I first began to question the intensity of her pain in earnest on Monday morning as she met with the speech therapist. When asked she described her pain as a 10 on a scale of 1 to 10. While I have no doubt that she was enduring pain, I would expect her to be doubling over in pain if that were the case. Instead she sat quietly and politely. There was no wincing, no grimacing, no outward sign of pain. It just did not seem to add up. My concerns were bolstered as I watched her talk to others. One moment she would tell people she was in extreme pain and a few minutes later she would tell me she was groggy but so thankful she was out of pain.

In the end, no one wants her to be in pain and, whether we like it or not, she is now under some pretty strong narcotics. They are in the process of dialing them back to achieve some balance of pain relief and sanity but anyone that has been there before knows, that is a fine line.

The funny thing is that this is all just a mask for a problem which we are yet to deal with. Blame it on what you want but the big problem to me is that we have not dealt with the source of the pain. We have been trying to get a procedure scheduled for her which could alleviate the pain almost immediately but due to a variety of factors we just haven't been able to get the ball rolling. It is frustrating. I am hopeful that with Grammie's physician back in town we will see this move forward quickly. At the very least, we need to be discussing this procedure and that is yet to happen.

I hate to wait. I did not like it in pediatric oncology and I don't like it here. The problem is that in pediatrics the answer was never much more than a day away at worst (other than scan results) but here I am going on the better part of a week and feel like I have no answers. It is not that I think her physician is bad or unresponsive. It is just the system.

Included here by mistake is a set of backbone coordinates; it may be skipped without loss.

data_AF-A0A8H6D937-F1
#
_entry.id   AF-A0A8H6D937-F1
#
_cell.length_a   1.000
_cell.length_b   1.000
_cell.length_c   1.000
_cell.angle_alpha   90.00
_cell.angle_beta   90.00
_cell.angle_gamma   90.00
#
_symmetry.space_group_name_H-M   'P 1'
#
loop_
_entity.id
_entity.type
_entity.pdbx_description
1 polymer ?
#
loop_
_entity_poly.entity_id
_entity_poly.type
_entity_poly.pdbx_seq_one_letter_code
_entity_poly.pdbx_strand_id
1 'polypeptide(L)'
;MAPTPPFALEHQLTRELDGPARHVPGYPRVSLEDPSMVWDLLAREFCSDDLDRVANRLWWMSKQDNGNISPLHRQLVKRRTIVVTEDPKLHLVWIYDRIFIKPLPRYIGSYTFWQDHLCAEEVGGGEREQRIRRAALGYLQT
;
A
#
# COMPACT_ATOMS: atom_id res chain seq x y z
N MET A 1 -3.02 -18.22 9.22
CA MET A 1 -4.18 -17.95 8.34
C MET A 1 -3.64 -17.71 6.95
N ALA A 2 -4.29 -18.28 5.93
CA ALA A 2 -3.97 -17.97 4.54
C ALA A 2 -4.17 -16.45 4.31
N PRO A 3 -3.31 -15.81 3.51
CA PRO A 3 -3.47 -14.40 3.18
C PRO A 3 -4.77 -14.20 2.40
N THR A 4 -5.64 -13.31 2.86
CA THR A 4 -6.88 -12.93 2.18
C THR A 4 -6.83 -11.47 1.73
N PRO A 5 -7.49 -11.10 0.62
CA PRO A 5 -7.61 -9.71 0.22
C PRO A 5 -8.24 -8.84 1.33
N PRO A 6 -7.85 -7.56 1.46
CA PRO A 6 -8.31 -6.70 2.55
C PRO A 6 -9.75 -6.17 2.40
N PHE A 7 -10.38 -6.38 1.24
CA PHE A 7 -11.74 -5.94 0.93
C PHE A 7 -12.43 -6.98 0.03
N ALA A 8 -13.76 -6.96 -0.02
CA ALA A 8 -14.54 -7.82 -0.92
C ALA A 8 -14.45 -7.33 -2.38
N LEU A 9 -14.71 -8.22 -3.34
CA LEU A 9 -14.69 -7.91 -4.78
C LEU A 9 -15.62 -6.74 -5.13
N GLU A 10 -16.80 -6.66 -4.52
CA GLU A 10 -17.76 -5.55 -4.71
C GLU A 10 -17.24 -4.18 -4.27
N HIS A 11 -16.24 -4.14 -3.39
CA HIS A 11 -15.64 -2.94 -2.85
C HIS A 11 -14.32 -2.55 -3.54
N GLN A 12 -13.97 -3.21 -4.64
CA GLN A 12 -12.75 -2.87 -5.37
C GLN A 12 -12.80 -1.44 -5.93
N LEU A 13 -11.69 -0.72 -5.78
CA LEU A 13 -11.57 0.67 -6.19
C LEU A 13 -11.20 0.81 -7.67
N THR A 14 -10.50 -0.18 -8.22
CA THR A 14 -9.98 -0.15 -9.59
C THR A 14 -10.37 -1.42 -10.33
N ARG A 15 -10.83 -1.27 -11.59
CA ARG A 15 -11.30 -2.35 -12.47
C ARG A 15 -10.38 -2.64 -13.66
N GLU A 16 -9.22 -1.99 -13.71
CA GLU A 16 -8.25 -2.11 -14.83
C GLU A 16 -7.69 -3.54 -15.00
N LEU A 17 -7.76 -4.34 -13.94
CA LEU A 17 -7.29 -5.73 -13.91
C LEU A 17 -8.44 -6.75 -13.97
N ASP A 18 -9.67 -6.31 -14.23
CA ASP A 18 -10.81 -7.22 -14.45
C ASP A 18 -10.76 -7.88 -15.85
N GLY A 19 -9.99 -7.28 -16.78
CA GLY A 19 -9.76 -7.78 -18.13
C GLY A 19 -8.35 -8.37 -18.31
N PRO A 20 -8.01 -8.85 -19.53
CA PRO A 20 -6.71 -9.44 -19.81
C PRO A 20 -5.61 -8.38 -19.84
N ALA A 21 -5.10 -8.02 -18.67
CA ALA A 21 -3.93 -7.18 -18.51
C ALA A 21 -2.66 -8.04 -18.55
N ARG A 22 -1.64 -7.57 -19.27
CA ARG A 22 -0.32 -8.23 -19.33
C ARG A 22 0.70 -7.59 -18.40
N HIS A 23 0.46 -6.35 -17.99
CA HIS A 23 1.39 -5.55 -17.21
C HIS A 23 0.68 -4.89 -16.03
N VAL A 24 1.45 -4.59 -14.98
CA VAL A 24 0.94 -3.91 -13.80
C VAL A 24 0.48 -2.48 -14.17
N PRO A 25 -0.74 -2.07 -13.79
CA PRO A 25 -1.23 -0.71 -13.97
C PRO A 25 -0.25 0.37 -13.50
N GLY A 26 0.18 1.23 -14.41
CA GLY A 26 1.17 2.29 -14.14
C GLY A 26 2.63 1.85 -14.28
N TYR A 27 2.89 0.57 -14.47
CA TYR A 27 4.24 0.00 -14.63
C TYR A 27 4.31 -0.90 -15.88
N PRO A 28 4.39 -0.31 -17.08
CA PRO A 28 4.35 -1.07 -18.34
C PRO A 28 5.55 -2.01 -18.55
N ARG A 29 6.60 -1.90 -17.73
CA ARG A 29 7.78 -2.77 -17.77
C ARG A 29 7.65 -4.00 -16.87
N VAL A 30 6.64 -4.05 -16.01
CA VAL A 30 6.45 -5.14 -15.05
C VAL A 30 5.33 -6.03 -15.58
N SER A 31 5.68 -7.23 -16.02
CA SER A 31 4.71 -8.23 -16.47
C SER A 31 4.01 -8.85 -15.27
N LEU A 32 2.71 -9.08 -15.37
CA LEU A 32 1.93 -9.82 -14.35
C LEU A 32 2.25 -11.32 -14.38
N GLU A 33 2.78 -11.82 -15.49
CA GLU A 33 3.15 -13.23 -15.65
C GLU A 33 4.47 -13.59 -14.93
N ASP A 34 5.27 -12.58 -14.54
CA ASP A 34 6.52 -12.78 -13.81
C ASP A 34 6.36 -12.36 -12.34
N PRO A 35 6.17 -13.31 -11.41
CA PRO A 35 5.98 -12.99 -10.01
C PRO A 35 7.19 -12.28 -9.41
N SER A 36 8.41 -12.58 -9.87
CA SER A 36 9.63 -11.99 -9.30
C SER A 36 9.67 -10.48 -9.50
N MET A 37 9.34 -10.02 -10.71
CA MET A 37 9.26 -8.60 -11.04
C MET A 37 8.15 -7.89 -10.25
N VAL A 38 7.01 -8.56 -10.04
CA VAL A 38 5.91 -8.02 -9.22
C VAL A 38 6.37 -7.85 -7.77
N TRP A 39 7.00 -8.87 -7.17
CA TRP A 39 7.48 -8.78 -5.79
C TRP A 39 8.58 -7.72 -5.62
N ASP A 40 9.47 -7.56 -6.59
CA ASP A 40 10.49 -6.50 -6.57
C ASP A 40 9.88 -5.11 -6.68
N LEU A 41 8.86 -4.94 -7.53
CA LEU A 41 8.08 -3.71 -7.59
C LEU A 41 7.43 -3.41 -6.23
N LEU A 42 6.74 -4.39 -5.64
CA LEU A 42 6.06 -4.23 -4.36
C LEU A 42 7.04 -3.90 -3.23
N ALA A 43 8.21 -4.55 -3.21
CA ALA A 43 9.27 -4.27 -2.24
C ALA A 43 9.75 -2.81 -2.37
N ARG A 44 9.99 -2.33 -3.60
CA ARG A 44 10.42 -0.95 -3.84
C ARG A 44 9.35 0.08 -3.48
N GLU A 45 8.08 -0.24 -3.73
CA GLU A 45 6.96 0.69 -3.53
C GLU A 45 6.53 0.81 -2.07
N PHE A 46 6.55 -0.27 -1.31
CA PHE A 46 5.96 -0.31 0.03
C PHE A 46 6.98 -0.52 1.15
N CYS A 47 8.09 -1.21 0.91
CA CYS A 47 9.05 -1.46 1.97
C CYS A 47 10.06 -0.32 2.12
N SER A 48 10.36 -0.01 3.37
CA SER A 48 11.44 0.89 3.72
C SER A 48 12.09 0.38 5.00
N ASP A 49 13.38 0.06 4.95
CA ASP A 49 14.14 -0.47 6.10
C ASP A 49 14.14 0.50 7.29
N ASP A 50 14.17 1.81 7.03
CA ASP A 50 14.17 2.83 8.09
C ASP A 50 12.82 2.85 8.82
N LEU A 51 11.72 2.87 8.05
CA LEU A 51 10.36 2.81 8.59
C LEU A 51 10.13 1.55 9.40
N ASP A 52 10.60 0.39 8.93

It sucks.

Bottom line, I hated to leave her. I did not want her to have to suffer alone and it brought tears to my eyes to walk out yesterday afternoon. I had to get home to watch the kiddos as Lynley prepares to leave town.

It is just not fair. I wish I could bring Grammie here were she could be close to us but I know that is nearly impossible.

Once again, I find myself with plenty of purpose but no answers.

Monday, October 4, 2010


Good morning! So I am reporting live from Carlinville, IL instead of my home base with the twerplets in Fort Worth. I left early Saturday morning to come up and visit with Grammie. Today begins the tougher work though. I need to meet with the physicians to make sure we are moving along the right path or whether we need to seek more specialized care. So far, Grammie has visited several hospitals and is currently residing in an assisted living center. At the center she is receiving the highest level of care they provide, however, it is my job to figure out if the is enough.

You may remember that a few weeks back Grammie fell on her back porch while trying to get back into her house. Her shirt caught on the door. Well, one think led to another and her skull was cracked open on the concrete. Thankfully, she was just coming in from spending some time with her friends and they witnessed the fall. We can all thank them because without their quick action it is likely should would not be here today.